This condition of unknown cause is characterized by pain in the bladder and pelvic region. Often, symptoms include an urgent and/or frequent need to urinate.

8. Overactive bladder:

An overactive bladder usually results from another condition, such as diabetes or prostate cancer.

9. Diuretic use:

These medications that are used to treat high blood pressure or fluid buildup work in the kidney and flush excess fluid from the body, causing frequent urination.

10. Stroke or other neurological diseases:

To nerves that supply the bladder can lead to problems with bladder function, including frequent and sudden urges to urinate.

Some other causes

  • Infection, disease, injury or irritation of the bladder.
  • Conditions that increase urine production.
  • Urethral stricture.
  • Radiation of the pelvis, such as during cancer treatment.
  • Colon diverticulitis, where small, bulging outpouching sacs develop in the wall of the large intestine
  • Changes in muscles, nerves or other tissues affecting bladder function
  • Certain cancer treatments
  • Changes in muscles, nerves or other tissues affecting bladder function
  • Certain cancer treatments
  • Drugs or beverages that increase urine production
  • Drugs or beverages that increase urine production


  • Urine analysis to identify any abnormality in the urine.
  • Ultrasound for a visual image of the kidneys.
  • Urodynamic tests asses the effectiveness of the urinary bladder in storing and releasing urine, and they examine the function of the urethra.
  • A plain film X-ray or CT scan of the abdomen and pelvis.
  • Neurological tests to detect any nerve disorder.
  • Testing for STIs.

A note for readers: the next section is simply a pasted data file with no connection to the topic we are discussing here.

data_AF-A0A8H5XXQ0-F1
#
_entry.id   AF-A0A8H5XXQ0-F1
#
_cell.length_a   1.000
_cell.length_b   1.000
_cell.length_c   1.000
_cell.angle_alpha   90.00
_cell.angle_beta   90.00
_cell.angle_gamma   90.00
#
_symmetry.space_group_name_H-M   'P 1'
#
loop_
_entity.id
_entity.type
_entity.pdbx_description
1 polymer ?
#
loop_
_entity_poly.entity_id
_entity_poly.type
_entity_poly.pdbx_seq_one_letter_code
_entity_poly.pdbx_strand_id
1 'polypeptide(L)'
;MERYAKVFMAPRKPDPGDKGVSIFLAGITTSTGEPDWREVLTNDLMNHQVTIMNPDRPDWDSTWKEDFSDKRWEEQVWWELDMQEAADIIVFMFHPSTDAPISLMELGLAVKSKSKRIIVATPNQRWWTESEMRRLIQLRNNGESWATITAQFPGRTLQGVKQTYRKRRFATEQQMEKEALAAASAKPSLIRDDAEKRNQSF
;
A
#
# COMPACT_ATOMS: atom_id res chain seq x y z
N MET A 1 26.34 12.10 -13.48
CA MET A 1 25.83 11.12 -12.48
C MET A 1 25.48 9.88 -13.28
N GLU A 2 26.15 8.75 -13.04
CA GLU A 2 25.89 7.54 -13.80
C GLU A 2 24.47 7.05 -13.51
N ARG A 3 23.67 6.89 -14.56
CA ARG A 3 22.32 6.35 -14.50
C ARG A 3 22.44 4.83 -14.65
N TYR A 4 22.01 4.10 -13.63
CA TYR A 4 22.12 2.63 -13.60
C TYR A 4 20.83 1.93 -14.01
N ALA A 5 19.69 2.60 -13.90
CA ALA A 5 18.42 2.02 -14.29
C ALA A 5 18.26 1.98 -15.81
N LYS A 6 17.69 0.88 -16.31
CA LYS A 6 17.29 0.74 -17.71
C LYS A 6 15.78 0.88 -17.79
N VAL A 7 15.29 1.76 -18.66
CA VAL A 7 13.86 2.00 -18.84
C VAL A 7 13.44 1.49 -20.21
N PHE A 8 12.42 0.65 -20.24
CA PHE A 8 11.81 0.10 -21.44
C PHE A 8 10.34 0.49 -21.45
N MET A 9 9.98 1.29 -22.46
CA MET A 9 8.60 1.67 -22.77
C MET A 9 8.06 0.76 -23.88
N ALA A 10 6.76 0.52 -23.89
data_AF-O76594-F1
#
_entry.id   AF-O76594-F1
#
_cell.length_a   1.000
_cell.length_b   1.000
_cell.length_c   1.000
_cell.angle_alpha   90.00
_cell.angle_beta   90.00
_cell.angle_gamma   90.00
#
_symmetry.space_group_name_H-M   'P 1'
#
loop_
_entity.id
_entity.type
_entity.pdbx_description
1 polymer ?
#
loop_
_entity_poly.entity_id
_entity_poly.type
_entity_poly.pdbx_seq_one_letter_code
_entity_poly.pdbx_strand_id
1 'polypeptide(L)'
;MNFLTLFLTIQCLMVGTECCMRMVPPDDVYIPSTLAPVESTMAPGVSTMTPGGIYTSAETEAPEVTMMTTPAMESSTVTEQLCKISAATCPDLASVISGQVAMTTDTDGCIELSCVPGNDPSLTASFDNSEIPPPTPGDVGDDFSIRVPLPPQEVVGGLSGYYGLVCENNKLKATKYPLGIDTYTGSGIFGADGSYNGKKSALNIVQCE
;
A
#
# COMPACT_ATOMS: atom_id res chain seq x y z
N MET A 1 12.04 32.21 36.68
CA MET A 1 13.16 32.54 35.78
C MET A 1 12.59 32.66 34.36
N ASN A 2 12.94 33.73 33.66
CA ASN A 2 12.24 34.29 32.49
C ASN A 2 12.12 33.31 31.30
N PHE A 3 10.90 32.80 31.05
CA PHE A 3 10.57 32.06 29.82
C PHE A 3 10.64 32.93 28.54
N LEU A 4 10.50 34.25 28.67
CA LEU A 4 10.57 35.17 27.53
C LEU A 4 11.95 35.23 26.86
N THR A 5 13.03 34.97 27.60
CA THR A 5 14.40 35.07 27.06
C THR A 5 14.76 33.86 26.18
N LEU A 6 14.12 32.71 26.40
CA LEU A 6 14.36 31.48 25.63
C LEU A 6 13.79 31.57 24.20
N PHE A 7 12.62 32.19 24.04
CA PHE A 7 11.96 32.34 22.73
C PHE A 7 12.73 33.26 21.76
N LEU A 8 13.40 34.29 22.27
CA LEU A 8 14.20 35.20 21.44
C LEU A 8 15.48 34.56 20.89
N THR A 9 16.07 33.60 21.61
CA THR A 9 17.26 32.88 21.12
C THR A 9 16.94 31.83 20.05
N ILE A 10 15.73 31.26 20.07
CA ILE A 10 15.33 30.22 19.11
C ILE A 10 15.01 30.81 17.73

Contact your doctor as soon as possible if you have frequent urination along with any of these signs or symptoms:

  • Blood in your urine
  • Red or dark brown urine
  • Painful urination
  • Pain in your side, lower abdomen or groin
  • Difficulty urinating or emptying your bladder
  • A strong urge to urinate
  • Loss of bladder control.

Dietary changes: Products that act like diuretics such as caffeine, tomatoes, alcohol, and spicy foods, increase the need to urinate. Cutting these from your diet will reduce the urge. It is also important to stay hydrated and eat plenty of fiber to prevent constipation, as this increases the frequency of urination.

Bladder retraining: You can help retrain your bladder to hold urine for longer by increasing the intervals between using the bathroom. This can be done gradually, and after a few months, you will notice that you can control your urination better and go less frequently.

Kegel exercises: Regular daily exercises, often done around pregnancy, can strengthen the muscles of the pelvis and urethra and support the bladder. For best results, perform Kegel exercises10 to 20 times per set, three times a day, for at least 4 to 8 weeks.

Biofeedback: Used alongside Kegel exercises, biofeedback therapy enables the patient to become more aware of how their body functions. This increased awareness can help the patient improve their control of their pelvic muscles.

If the consultation leads to a diagnosis of diabetes mellitus, treatment will aim to keep high blood sugar levels under control. For a bacterial kidney infection, the typical course of treatment is antibiotic and painkiller therapy.


Leave a Reply

Your email address will not be published. Required fields are marked *